By Sheilah Powell

As a Peer Recovery Support Professional, one question I get asked on the regular is “what does a peer do? Are you like a sponsor?” The truth is, many people still don’t understand what a Peer Support Specialist or Recovery Coach does. Here is a basic crash course in Peer Support.

First, I think peer support is powerful – and I wish that I had access to a peer support professional when I was entering recovery. I think that would have changed the trajectory of my life.

Overall, peer support includes a range of activities between two individuals that promotes connection, trust and inspires hope. When I am coaching someone, I often list some ways I can support a person are listening to someone vent about a problem they are having, celebrating a recovery milestone, helping a person apply for graduate school, creating goals to make changes in a person’s life, helping someone find their polling place to vote, or helping someone navigate the Department of Motor Vehicles. The list goes on and on.

At the heart of peer support are complete acceptance and radical compassion for others trying to navigate their recovery and wellness. Peer support offers to a person a level of validation not found in many other professional relationships. Additionally, there is a much less power differential between a peer support professional and a person than that of a clinician, sponsor, or member of the clergy. By sharing their own lived experience, peer support professionals help people to develop their own goals, create strategies for self-empowerment, and take concrete steps toward building fulfilling, self-determined lives for themselves.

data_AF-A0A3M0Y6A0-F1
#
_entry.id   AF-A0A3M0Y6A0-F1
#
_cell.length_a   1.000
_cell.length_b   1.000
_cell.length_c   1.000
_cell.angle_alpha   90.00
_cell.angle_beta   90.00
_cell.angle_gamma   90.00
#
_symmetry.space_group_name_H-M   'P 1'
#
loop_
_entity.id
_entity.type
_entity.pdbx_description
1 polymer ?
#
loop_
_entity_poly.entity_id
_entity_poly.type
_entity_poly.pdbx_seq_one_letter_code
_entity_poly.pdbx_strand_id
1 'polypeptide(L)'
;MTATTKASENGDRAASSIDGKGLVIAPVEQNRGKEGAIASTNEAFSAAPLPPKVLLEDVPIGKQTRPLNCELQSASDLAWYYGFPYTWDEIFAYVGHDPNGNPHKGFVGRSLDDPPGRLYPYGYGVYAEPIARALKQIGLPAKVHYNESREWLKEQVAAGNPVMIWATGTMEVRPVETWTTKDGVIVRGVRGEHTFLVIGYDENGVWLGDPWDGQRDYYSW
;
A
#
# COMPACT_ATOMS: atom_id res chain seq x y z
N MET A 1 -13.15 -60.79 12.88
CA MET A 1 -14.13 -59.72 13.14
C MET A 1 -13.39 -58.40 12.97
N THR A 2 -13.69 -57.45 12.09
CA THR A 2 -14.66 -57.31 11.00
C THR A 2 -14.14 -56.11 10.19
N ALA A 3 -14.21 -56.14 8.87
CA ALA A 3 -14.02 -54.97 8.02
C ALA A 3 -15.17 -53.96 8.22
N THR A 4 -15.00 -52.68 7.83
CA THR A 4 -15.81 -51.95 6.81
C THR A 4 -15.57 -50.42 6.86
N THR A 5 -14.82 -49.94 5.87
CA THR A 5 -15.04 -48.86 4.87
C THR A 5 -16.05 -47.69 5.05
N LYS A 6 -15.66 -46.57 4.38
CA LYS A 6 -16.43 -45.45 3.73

According to the Substance Abuse and Mental Health Services Administration (SAMHSA), peer support workers engage in a wide range of activities including advocating for people in recovery, sharing resources and building skills, building community and relationships, leading recovery groups, and mentoring and setting goals. Peers can also provide services and/or training, supervise other peer workers, or administer programs or agencies.

Thanks to individuals like researcher and recovery historian Bill White, the history of peer support is widely documented. “There is a long and rich history of recovery mutual aid societies, peer-based recovery support groups, and the use of recovered/recovering people in paid service roles from which lessons can be drawn.”

Today, the recovery support industry is thriving and there are currently Peer Recovery Support/Recovery Coaches in hospital emergency departments, insurance companies, recovery centers, non-profits, and technology companies.

Most recently, history was made when the Fiscal Year 2022 budget included – for the first time – a 10% set aside for recovery support services. The money set aside for recovery support services will create a more robust recovery-oriented system of care in this country, which in turn will save lives.

As we move into the future of peer support, it is this blogger’s opinion that we must focus more on peer services that directly understand and support marginalized folks like those in the LGBTQIA+ and BIPOC communities. Everyone deserves the right to be supported in a way that works best for them, and understood for exactly who they are and what they have been through.

For more information on the history of peer support, check out the writings of Bill White. For more information on LGBTQIA+ resources, check out PFLAG. For more information on BIPOC wellness support, check out Melanin and Mental Health or Well for Culture. There are just a few examples of services and support out there.